There are several moments in Little Fish by Casey Plett where the protagonist, Wendy, tells the readers that she always envisioned herself as more of a woman when she thought of her body from the back. This is a really queer thing to say–as in the original meaning of the word queer, which is bent or turned away. This turn away from the self, from the reader, community, family, and history is the entire dilemma of Little Fish.
The story opens with the death of Wendy’s Oma (grandmother) while she and her friends are at a bar. Her Oma’s death, followed by a strange call during her funeral about her Opa’s (grandfather’s) past life, marks this as a ghost story, but these events also–to quote from Hamlet–throw the “time out of joint.” During this first chapter, Wendy and her friends discuss how trans people age differently due to a new regime of hormones, thereby reconfiguring the notion of time-as-biological. They also reconfigure time-as-autobiography by counting their age as when they first came out as trans, rather than birth. Though we are aware that Wendy is an adult through most of the book (and the back blurb tells us she’s thirty years old), we don’t actually get her age on the page until near the end, whereas we get her transition age of eight years several times. Wendy’s life has also come to a stand-still, but then seems to go backwards when she starts to look into the mysterious phone call from the funeral and her Opa’s former life. Time is further distorted when when Wendy’s job at a gift shop ends and she realizes she must go back to sex work in order to survive. Her return to sex work, like re-investigating her Opa’s life in a Mennonite community, means she’s constantly going in circles. She is always looking backwards while taking steps forward.
This is entirely the point. Not only does Plett reconfigure so much of the typical transgender narrative, which after reading A Safe Girl to Love, I was expecting her to do, she’s also positing something interesting about trans communities and progress. It’s not just Wendy’s queer sense of time we see; we also have her group of trans friends who constantly crowd the narrative. These women are a delight, but also a cacophony of chatter, noise, colour, and motion. The Halloween scene with every single one of them in dress-up mode is dizzying and confusing to follow, but an utter joy to read. Their visibility matters so much because, as one of them remarks, trans people age differently than cis people because they often die before their time. When one of these trans women does die, Wendy refuses to let her become invisible, constantly remarking on her lack of presence until the very end.
It can be easy to view Wendy as Wendy from Peter Pan, constantly cajoling and trying to make her group of lost girls grow up and move out of their stasis, but that is not the case. Wendy turns her back on progress, quite literally, and instead works on defining a new path that is not the teleological surgical narrative as dictated by doctors. Even when we get glimpses of Wendy’s surgery story, it is at the end of the novel, and told more to help us understand her father. Moreover, though she goes to Montreal for her surgery, she always comes back home to Manitoba. She, once again, looks back in order to move on.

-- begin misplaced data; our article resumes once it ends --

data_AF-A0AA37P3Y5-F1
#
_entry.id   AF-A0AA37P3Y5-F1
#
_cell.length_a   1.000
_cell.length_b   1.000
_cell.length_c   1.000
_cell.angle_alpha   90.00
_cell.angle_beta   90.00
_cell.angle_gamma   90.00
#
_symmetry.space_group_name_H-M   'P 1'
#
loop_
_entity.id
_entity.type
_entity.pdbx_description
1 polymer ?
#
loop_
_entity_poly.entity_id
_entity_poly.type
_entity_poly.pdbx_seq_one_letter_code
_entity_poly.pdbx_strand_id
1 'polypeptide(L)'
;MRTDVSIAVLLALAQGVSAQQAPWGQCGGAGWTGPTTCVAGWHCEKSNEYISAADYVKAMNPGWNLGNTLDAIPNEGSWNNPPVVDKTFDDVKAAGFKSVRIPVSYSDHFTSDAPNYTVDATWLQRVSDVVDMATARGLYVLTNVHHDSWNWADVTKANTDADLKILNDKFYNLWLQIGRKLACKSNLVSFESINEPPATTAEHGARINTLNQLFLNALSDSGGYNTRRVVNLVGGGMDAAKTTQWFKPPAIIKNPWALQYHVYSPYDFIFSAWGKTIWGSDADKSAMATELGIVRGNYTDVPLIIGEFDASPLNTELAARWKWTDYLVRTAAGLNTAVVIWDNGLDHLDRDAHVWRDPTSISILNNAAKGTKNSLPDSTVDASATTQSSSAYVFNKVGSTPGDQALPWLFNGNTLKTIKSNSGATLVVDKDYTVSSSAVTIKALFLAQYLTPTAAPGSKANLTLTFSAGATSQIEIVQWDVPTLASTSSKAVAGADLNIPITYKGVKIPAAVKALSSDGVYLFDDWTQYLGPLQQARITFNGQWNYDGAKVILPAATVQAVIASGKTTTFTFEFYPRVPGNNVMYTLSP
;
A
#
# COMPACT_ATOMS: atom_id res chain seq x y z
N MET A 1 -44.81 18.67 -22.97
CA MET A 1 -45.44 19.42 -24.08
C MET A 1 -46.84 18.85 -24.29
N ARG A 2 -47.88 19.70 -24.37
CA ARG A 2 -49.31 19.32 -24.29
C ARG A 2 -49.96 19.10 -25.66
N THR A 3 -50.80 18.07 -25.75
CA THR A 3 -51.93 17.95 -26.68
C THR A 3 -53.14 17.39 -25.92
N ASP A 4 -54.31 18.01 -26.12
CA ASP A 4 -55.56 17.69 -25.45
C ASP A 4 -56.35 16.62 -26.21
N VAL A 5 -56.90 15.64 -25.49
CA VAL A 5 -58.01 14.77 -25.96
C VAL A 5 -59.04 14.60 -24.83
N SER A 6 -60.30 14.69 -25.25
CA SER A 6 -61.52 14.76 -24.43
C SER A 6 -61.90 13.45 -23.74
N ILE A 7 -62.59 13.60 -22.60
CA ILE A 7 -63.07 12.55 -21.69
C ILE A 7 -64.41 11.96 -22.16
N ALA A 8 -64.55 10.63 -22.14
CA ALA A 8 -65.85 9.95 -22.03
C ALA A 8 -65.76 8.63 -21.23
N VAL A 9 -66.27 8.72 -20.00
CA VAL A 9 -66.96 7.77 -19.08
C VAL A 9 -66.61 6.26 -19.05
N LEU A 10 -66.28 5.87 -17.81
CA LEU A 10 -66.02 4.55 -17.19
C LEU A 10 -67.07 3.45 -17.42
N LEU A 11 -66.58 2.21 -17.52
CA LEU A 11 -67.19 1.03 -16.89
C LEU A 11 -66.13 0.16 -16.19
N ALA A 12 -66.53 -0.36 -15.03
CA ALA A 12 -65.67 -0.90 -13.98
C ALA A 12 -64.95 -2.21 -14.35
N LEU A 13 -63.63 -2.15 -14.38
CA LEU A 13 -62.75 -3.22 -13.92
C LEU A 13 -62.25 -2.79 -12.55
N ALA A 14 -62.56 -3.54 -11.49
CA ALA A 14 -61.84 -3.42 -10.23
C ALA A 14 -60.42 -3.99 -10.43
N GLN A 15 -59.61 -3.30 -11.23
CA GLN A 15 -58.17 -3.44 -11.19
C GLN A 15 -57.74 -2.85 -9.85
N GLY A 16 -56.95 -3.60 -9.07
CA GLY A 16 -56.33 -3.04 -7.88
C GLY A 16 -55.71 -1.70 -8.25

Manitoba represents time’s out-of-joint quality the most, since it is the Mennonite community in Manitoba which (possibly) silenced her Opa’s queerness. Wendy spends the bulk of the narrative moving back and forth from country to city as she visits a Mennonite woman named Anna who helps to fill in the blanks of her Opa’s life, like the period in the 1980s where he simply disappears from photographs. Anna is the first person who knocked the time out of joint by conjuring a ghost, but Wendy is already well familiar with this strange sense of time. She thrives in it. Even when Anna provides answers that are less than revelatory, Wendy is able to move on. She can simply go back to the start all over again.
It can be easy to see the Mennonite community–and even trans time in this book–as perpetual stasis. As dizzying or dreadful. But Plett knows that is not the case, that there is a kind of relief in this perpetual return. She tells us about Wendy’s view of her back, but then ends the book with Wendy moving forward and liking where she is going. And while she speaks about the oppression of the Mennonite community, she does not paint them as the enemy. She resists that narrative as much as she resists the typical surgical one, and I see this in a line where Plett describes a Mennonite “woman with a kerchief [who] sold perogies and gravy out of her mini-van beside the Walmart.” This is such a simple line, but it is so moving to me because I live in a city shared by a Mennonite community. I see things like this all the time, and after reading Little Fish, I know it’s not stasis. Or dizzying or dreadful. It’s a deliberate choice, like Wendy turning her back on herself, and defining her community elsewhere.
Little Fish gave me exactly what I already expected as a fan of Casey Plett, but it also delivered more. The writing is crisp, clear, and innovative. I can’t wait to see what she does next, and what looking back gets us.
Little Fish, Casey Plett. (Arsenal Pulp Press, 2018). Trade Paperback. $19.95.
Evelyn Deshane’s work has appeared in Bitch Magazine, Briarpatch, and Strange Horizons. Evelyn (pron. Eve-a-lyn) received an MA from Trent University and is completing a PhD at the University of Waterloo. Evelyn’s recent project #Trans is an edited collection about transgender and nonbinary identity online. Visit evedeshane.wordpress.com for more info.